CFI will continue to keep our members informed about further developments including further concerted action if necessary.

     

    Failure to recover to baseline pulmonary function after cystic fibrosis pulmonary exacerbation.

  • The Pipeline Aspect of the Recent Vertex and HSE Agreement

    A couple of CFI members have asked us to help clarify the ‘pipeline aspect’ of the recent HSE/Vertex agreement. This is an innovative aspect of the deal and we understand it has never being implemented before in Ireland and may even be unique in Europe. CFI pushed for and supported the pipeline dimension during the negotiations and we acknowledge the positive role of Vertex, the HSE and Minister Harris in this development. 

    It is important to recognise that while this is a very positive and innovative development, it will not (of course) be a panacea for resolving all future CF drug therapy reimbursements. 

    CFI understands the HSE/Vertex agreement currently covers:

    • Orkambi for all CF patients 12 years and older who have two copies of the F508del alteration 
    • Expands access to Kalydeco for children aged 2 to 5 with any approved gating alteration (G551D, G178R, S549N, S549R, G551S, G1244E, S1251N, S1255P and G1349D) 
    • Access to Kalydeco for people aged 18 and older who have an R117H mutation
    • Rapid access for people with all the above alterations (ie: two copies of the F508del mutation, G551D, G178R, S549N, S549R, G551S, G1244E, S1251N, S1255P and G1349D, R117H) if the labels of the existing medicines are expanded to cover additional age groups and if new Vertex medicines are approved for these populations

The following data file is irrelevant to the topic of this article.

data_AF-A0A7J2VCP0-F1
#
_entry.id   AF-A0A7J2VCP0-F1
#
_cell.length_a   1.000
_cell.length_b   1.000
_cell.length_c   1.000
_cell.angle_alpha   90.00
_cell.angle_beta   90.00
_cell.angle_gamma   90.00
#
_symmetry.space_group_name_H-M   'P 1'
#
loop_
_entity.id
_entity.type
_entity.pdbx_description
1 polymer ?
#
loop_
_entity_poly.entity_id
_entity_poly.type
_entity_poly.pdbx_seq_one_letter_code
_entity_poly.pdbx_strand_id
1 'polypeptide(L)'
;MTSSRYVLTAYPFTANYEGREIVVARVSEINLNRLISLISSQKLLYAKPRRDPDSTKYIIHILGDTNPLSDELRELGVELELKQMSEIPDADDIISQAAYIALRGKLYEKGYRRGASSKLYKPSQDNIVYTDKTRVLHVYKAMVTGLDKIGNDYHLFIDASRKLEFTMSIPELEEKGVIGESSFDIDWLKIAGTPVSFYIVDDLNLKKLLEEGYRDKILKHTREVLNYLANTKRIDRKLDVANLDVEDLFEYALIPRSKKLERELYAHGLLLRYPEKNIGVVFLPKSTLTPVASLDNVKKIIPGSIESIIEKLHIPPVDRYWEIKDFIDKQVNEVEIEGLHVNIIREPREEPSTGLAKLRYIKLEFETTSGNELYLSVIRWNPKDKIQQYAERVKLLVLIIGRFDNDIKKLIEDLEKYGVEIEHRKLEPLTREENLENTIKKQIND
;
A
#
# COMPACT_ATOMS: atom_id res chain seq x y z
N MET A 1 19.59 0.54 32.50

If, for example, a drug therapy is developed (either by Vertex, or indeed another pharma company) for the gene alterations not listed above, there would have to be further discussions between the company and the HSE as and when required.

    The bottom line is that we estimate that as a result of the Orkambi and the previous Kalydeco agreement of 2013 that around 65% of the CF population in Ireland (and probably more) will have now access to a bespoke CFTR drug therapy, with more pipeline drugs for those groups to follow. This is important as the impact of Orkambi can vary from one individual to another. 

    Needless to say, CFI will continue to adopt a robust approach to potential reimbursement of future drug therapies including in particular for those who do not have a bespoke drug at present, provided the CFI Board is convinced on the efficacy, safety and impact of such drugs. In short, the 35% of CF patients without a CFTR drug in Ireland will remain an absolute priority for CFI. It is worth noting the indirect impact of the reimbursement of Orkambi will be to encourage further research into ground breaking CF drugs. Further, the CFF in the US continues to invest millions of dollars into further drug therapies, including those without a bespoke therapy at present. In short this agreement is a major step forward but there remains so much more to do. 

    In consultation with expert clinical advice, CFI will also be also publishing important advice to our members about Orkambi and the need to continue other treatments and the need to keep up a good diet and exercise regime.